I once said in an interview that as a writer, it’s important to try and feel what your characters are feeling. If you don’t feel it, your readers won’t either. After months of heightened pain, I realised I wasn’t feeling anything. My senses were dulled. And the half-finished first draft of The Peacock Summer sitting on my laptop? Well that seemed to belong to a different writer, from a different time. Not me.

So how do you return from the empty place? How do you find your creativity again, when it feels as though it has been lost for good? Well, as so often in nature, it involves a long, slow thaw. It takes time. And it takes work.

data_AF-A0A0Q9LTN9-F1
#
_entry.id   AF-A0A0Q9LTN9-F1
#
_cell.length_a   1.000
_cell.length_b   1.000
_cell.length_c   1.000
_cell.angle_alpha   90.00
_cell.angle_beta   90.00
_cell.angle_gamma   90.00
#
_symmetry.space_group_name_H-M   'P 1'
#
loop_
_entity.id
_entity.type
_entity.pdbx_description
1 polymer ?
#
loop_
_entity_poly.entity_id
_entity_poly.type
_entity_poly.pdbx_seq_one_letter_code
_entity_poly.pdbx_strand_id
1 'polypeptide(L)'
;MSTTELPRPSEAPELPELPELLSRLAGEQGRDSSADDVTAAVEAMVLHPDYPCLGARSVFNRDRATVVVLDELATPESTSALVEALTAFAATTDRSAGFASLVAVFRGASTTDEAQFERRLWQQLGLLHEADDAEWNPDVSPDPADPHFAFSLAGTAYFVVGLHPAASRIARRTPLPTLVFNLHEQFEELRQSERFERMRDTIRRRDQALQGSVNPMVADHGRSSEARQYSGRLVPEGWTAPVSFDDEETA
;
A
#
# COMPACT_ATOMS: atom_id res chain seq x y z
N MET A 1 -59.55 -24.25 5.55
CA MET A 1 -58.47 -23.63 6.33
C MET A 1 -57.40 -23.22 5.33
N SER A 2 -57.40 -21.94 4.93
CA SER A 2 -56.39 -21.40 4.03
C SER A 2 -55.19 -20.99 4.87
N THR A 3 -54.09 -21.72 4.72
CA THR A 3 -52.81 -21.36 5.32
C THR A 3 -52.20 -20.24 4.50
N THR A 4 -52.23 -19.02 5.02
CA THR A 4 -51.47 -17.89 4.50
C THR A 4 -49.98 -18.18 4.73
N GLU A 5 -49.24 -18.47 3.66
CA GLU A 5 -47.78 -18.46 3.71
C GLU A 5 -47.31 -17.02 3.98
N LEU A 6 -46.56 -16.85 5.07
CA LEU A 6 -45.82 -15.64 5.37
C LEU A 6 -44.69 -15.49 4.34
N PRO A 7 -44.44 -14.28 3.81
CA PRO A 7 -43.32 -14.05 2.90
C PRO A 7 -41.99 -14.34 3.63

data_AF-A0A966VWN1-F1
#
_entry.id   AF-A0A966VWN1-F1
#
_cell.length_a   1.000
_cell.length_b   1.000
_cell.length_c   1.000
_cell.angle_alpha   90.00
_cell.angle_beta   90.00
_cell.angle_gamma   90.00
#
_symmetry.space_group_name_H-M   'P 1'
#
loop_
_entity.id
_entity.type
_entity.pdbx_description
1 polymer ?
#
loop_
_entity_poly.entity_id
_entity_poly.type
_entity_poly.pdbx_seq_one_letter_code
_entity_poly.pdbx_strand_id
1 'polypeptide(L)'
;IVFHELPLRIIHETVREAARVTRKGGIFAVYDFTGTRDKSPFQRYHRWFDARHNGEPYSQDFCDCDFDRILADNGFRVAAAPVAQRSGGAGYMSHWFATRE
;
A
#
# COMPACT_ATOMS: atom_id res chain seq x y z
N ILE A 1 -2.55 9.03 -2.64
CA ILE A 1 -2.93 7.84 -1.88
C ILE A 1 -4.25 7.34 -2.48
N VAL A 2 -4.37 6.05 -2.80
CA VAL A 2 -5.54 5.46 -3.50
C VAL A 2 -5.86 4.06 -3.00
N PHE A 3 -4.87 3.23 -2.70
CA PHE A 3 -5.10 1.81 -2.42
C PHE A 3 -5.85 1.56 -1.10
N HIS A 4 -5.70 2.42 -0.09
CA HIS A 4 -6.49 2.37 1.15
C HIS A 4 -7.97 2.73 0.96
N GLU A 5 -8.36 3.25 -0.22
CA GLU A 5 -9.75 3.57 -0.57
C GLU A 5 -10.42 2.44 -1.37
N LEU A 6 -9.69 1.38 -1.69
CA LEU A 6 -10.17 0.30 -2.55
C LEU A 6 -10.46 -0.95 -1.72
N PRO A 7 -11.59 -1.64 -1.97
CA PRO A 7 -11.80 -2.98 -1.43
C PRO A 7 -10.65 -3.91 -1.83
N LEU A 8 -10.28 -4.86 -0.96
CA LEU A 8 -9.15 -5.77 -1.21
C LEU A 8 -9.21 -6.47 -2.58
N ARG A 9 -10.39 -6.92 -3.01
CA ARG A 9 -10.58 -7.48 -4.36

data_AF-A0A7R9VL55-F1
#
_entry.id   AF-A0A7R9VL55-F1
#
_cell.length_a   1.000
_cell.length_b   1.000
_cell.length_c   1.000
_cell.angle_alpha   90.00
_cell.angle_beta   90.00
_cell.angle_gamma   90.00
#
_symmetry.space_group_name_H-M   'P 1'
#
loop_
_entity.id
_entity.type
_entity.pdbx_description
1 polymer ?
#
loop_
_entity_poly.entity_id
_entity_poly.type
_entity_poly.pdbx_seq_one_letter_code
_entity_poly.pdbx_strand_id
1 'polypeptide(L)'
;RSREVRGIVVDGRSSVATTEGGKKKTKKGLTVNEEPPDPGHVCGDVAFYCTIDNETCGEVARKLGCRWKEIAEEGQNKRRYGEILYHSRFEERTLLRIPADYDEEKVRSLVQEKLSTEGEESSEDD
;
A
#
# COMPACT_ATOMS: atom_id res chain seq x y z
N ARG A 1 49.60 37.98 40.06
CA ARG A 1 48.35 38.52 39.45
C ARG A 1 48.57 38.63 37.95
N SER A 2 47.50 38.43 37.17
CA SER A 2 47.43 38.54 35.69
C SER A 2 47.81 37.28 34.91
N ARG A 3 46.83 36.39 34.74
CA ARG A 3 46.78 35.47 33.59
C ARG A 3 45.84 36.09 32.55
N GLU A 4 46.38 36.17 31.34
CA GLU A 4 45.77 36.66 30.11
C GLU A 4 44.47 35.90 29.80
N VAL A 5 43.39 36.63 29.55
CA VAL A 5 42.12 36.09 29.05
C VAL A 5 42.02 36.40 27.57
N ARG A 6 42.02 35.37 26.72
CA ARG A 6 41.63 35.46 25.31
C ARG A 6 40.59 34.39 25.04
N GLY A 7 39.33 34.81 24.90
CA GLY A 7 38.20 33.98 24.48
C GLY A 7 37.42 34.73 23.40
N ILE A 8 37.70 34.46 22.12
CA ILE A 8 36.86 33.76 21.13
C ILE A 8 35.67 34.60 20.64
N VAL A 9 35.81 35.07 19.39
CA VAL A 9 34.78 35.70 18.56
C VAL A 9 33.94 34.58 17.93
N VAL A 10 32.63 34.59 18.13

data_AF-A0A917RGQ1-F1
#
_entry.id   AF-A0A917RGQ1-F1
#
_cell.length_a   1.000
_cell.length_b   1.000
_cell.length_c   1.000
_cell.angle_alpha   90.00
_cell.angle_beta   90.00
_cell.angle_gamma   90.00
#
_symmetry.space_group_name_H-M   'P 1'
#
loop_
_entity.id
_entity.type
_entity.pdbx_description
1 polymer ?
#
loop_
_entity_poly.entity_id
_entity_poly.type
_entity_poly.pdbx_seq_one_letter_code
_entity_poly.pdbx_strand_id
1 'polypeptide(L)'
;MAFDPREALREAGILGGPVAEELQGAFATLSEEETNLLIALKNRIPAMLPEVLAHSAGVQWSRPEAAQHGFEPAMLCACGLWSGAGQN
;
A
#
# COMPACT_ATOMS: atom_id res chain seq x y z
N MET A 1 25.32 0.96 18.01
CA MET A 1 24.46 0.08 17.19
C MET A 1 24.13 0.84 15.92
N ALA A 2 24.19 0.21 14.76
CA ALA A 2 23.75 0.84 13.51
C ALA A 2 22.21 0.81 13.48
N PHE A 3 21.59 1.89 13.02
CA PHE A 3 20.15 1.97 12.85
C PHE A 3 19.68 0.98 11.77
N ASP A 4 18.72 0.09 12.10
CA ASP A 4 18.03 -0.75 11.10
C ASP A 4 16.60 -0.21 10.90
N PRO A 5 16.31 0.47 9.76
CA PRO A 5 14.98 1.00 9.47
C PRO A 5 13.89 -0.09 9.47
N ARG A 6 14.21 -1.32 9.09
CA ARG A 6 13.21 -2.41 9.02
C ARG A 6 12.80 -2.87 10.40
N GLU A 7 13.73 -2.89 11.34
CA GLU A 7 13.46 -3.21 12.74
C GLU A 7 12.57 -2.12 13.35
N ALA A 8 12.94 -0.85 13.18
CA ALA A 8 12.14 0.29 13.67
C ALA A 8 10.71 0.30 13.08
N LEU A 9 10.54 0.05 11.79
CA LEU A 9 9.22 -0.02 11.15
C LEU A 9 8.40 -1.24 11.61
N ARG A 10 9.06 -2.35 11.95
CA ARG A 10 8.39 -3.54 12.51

I carried on writing in my diary – private excerpts of sadness, as well as more hopeful pieces about the life and love I still glimpsed around me. I joined a closed writing group for fellow broken hearts led by widow and writer Megan Devine. A month of writing prompts allowed me to explore my feelings in a safe place with fellow grievers. I slowly began to return to reading, dipping in first to those books that mirrored my experience and made me feel more sane for echoing my emotions. I took advice from other writers, particularly the late Penny Vincenzi who reassured me that I would get back to it and that writing could become a kind of therapy, in time. I read all the Harry Potter books with my children, religiously, night after night. Together we explored love and loss through the words of J.K. Rowling and slowly, gently, I rediscovered my love of fiction and the escape it could offer. I began to pick up novels again, and fall in love with the power and beauty of the written word. My own writing became a personal release. It offered escape. It was a chance to leave my life and immerse myself in another’s. Slowly, the numbness faded and the feeling returned.